While snoring can result in a bad night’s sleep for millions of Americans, if you have OSA (Obstructive Sleep Apnea), it’s a sign of a much bigger problem. If left undiagnosed and untreated, this condition can raise your risk of developing a range of health issues, including diabetes and high blood pressure.
If you have obstructive sleep apnea, here are five health problems that you may face.
High Blood Pressure
If you suffer from high blood pressure, obstructive sleep apnea can make it worse. If you haven’t been diagnosed with OSA, you may find yourself waking up frequently throughout the night, which causes your body to get stressed. Getting treatment for sleep apnea like a CPAP machine can make a huge difference. Once using a CPAP machine, you may notice an improvement in your blood pressure. Make sure that you have scheduled replacements for your CPAP machine to ensure the device works correctly.
People who have obstructive sleep apnea are at a heightened risk of developing heart disease and having a heart attack, with the root cause behind it being low oxygen. Sleep apnea disturbs how your body takes in oxygen, making it harder for your brain to manage how blood flows to the brain and in your arteries.
The more weight you carry, the higher chance you have of getting obstructive sleep apnea. Having this condition makes it harder to lose weight too. If you’re overweight or obese, there are fatty deposits in the neck that can block your breathing when going to sleep. If you have sleep apnea, your body releases additional ghrelin, which is the hormone that makes you crave sweets and carbohydrates, leading to weight gain.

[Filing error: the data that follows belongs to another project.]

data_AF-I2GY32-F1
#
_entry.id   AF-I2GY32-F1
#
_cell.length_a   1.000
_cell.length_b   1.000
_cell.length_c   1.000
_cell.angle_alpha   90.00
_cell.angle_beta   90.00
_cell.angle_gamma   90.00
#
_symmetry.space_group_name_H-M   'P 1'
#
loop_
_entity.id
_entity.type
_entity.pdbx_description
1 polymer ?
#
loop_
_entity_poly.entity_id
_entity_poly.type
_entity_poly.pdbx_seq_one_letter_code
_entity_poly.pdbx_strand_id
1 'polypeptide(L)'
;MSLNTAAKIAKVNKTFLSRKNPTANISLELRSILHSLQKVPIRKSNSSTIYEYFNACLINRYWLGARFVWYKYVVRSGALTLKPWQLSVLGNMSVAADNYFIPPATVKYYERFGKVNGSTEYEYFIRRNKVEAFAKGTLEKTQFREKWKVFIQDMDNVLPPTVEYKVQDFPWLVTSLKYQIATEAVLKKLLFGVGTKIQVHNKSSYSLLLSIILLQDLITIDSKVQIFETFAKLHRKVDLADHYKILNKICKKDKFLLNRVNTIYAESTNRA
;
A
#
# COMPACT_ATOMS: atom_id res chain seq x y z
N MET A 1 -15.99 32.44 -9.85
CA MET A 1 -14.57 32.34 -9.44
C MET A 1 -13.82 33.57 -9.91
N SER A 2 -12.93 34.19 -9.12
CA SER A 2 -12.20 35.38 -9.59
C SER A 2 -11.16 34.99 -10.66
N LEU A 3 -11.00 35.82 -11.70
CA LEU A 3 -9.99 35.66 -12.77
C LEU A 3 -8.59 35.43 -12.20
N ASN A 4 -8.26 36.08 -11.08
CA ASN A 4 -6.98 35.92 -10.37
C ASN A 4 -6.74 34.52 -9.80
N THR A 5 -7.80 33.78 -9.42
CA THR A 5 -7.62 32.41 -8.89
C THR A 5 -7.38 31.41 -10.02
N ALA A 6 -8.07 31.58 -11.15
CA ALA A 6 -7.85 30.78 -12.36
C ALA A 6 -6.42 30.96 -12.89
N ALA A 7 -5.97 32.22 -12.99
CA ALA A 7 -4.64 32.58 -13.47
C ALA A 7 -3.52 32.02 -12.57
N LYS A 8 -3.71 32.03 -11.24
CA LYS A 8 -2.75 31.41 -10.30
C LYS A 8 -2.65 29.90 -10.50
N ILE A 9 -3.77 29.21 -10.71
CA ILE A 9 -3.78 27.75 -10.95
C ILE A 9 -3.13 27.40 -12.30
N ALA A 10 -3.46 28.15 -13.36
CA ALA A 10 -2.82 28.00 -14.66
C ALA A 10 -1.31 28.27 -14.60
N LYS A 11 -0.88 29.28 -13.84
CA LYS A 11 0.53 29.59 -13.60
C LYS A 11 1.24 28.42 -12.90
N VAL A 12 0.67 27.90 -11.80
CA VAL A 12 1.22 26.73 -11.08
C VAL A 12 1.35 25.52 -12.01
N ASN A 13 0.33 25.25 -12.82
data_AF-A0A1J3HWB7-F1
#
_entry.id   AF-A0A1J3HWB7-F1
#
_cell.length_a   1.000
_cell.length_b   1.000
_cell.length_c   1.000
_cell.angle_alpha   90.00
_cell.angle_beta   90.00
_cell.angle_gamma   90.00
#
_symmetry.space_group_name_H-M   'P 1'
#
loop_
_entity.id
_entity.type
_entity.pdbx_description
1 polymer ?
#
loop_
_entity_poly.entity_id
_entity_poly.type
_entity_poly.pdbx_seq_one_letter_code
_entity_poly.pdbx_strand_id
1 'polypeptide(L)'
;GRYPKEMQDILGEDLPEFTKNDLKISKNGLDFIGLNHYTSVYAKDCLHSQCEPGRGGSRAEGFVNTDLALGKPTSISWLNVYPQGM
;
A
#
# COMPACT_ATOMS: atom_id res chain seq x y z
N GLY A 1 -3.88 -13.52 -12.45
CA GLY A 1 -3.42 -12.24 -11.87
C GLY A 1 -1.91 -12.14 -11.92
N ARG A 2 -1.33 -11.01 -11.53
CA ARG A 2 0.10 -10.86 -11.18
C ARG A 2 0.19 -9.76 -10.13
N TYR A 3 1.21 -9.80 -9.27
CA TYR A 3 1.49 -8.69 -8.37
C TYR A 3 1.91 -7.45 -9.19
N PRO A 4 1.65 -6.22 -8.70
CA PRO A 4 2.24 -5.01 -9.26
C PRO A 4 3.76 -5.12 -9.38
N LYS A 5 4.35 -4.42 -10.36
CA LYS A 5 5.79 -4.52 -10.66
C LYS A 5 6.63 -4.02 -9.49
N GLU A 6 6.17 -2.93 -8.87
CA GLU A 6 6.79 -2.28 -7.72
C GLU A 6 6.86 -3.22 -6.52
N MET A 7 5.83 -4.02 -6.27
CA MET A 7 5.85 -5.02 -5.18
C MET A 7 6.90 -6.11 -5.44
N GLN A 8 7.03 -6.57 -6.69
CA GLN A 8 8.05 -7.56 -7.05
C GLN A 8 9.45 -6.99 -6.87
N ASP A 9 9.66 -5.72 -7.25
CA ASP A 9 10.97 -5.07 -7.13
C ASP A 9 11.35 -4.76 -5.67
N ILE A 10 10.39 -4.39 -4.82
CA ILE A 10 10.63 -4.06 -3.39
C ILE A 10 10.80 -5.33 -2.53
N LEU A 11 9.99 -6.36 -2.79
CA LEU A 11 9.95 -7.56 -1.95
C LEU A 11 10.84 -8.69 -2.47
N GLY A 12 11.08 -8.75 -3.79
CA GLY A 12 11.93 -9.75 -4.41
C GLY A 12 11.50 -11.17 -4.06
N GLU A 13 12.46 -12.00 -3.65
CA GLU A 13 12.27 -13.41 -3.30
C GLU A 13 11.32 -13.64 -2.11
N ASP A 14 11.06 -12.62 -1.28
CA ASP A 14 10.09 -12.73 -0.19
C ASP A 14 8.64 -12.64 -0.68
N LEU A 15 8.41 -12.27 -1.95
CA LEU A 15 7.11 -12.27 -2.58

Type 2 Diabetes
Obstructive sleep apnea is common among individuals with type 2 diabetes. Being obese heightens your risk for both disorders. However, research carried out hasn’t displayed a cause-and-effect correlation between type 2 diabetes and obstructive sleep apnea. If you aren’t getting plenty of sleep, your body will stop using insulin correctly, which can lead to diabetes.
Although there isn’t concrete evidence that obstructive sleep apnea causes acid reflux, many people living with the condition experience this form of heartburn. Treating acid reflux seems to help sleep apnea symptoms for some.
There are lots of self-help treatment options that you can try out to alleviate symptoms of obstructive sleep apnea. Losing weight, stopping smoking, avoiding caffeine close to bedtime, and sleeping on your side may help improve your quality of sleep. There are also throat exercises that you can do which build up muscles around the airway, meaning that the muscles are less likely to collapse when you sleep. If you have moderate or severe sleep apnea, there are additional measures that you will need to take to treat your condition.
If you have any of the health problems listed above and wake up feeling run down and low in energy, you may have obstructive sleep apnea. Seeing your doctor and getting a diagnosis will help you find a course of treatment that works best for you.